Vitamin B5 Pantothenic acid Functions and Dosage - Food Sources and Deficiency of Vitamin B5


Vitamin B5 is formed from b -alanine and pantoic acid. Pantothenate is required for synthesis of coenzyme A, CoA and is a component of the acyl carrier protein domain of fatty acid synthase. Pantothenate is, therefore, required for the metabolism of carbohydrate via the TCA cycle and all fats and proteins.

It is required by all cells in the body and is involved in more than 100 different metabolic functions, including energy metabolism of carbohydrates, proteins, and lipids, the synthesis of lipids, neuro­transmitters, steroid hormones, porphyrins, and hemoglobin.

Food Sources of Vitamin B5

Beef, brewer's yeast, eggs, fresh vegetables, kidney, legumes, liver, mushrooms, nuts, pork, royal jelly, saltwater fish, torula yeast, whole rye flour, and whole wheat.

Functions of Vitamin B5

Vitamin B5 or pantothenic acid is a part of the enzyme system which plays a vital role in the metabolism of carbohydrates, fats, and proteins, and in the synthesis of amino acids and fatty acids. It is also essential for the formation of porphyrin, the pigment portion of the haemoglobin molecule of the red blood cells. This vitamin is involved in all the vital functions of the body. It stimulates the adrenal glands and increases production of cortisone and other adrenal hormones. It is primarily used as an anti-stress factor and protects against most physical and mental stresses and toxins. Pantothenic acid increases vitality, wards off infections, and speeds recovery from ill health. It helps in maintaing the normal growth and development of the central nervous system. This vitamin prevents premature ageing. It also provides protection against any damage caused by excessive radiation.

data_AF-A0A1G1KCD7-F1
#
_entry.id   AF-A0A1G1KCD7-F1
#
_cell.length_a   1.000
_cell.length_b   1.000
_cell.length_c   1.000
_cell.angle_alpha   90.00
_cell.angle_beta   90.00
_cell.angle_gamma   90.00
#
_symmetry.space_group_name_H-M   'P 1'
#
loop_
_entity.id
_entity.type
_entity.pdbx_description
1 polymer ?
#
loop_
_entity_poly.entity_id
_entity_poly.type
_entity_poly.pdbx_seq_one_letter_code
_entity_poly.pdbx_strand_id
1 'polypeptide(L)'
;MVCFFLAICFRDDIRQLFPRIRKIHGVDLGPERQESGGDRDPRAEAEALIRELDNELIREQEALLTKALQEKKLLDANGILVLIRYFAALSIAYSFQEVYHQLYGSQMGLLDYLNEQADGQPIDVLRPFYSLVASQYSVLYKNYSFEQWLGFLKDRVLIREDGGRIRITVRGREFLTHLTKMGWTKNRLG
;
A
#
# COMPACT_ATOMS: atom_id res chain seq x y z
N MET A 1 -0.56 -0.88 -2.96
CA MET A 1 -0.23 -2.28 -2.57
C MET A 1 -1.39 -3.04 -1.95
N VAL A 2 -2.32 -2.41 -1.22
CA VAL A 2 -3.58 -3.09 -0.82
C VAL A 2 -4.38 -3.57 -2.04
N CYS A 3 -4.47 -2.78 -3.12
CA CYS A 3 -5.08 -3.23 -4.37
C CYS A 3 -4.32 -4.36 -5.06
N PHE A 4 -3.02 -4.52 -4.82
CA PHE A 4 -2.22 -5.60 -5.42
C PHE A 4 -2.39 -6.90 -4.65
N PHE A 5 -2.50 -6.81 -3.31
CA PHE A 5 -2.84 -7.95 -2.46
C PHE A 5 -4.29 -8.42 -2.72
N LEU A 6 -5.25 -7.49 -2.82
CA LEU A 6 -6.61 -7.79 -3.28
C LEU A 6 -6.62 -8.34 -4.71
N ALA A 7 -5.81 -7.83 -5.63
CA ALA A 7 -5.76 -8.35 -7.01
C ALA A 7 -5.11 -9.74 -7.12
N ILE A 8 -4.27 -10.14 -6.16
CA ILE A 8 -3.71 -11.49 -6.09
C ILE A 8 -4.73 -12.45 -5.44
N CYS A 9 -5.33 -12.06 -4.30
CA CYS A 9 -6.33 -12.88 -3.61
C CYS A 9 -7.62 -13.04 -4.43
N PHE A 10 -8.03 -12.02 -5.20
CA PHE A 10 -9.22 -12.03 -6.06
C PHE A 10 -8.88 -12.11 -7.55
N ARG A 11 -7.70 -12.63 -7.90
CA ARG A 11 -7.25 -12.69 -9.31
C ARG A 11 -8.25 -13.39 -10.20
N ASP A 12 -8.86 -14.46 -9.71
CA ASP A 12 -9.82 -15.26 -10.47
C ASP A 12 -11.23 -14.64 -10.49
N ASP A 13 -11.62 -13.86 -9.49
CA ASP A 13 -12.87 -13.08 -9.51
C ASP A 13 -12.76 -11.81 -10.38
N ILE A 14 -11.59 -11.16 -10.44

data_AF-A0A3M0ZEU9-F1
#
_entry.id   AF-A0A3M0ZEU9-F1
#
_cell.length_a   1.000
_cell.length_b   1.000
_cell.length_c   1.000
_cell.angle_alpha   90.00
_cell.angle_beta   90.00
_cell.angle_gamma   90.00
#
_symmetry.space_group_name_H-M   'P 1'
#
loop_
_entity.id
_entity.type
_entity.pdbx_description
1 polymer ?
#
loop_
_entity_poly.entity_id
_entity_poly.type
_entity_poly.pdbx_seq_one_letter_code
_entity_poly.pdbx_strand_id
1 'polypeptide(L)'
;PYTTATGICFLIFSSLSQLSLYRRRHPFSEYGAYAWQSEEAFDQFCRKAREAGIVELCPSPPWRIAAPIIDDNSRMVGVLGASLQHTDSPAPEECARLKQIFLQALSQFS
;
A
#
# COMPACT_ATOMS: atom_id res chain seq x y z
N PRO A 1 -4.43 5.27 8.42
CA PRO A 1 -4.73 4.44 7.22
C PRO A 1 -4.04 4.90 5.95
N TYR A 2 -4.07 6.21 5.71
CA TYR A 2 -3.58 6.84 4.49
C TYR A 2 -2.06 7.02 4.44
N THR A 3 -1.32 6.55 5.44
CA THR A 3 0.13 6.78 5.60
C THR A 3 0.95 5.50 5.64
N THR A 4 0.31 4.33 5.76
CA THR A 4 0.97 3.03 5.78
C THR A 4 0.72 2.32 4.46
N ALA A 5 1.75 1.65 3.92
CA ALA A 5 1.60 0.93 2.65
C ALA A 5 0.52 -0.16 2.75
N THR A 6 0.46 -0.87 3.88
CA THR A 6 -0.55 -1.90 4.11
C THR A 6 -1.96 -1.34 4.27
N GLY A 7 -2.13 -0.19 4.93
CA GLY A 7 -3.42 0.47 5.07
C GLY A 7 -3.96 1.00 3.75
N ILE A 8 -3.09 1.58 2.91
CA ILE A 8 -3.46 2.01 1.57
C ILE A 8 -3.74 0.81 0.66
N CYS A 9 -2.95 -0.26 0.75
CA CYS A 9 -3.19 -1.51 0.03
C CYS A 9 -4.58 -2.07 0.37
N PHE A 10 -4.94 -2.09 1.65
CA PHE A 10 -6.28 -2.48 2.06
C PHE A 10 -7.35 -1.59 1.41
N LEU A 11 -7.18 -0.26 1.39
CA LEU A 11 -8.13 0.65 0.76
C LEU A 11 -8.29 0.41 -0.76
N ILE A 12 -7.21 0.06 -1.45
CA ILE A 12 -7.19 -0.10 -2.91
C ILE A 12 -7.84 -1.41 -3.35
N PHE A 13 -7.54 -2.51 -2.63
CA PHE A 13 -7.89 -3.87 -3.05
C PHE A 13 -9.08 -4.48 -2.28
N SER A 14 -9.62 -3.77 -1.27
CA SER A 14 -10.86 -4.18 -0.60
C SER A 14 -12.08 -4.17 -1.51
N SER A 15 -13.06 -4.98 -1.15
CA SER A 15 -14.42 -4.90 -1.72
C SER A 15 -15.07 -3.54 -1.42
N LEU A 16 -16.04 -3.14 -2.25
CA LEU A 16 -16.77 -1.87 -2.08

No recommended dosage but 10 - 100 mg is indicated. Generally:
Men - 10 mg
Women - 10 mg
Children - 5.5 mg

What are the deficiency symptoms of vitamin B5?

Deficiency of pantothenic acid is extremely rare due to its widespread distribution in whole grain cereals, legumes and meat. Symptoms of pantothenate deficiency are difficult to assess since they are subtle and resemble those of other B vitamin deficiencies. With Vitamin B5 in short supply symptoms like fatigue, headaches, nausea, muscle weakness and cramps, tingling in the hands, depression, personality changes and cardiac instability have been reported. Biochemical changes include increased insulin sensitivity, lowered blood cholesterol, decreased serum potassium, and failure of adrenocorticotropin to induce eosinopenia.

How to Store the Vitamin B5?

Heat and/or moisture may alter the vitamin. Refrigeration is recommended.


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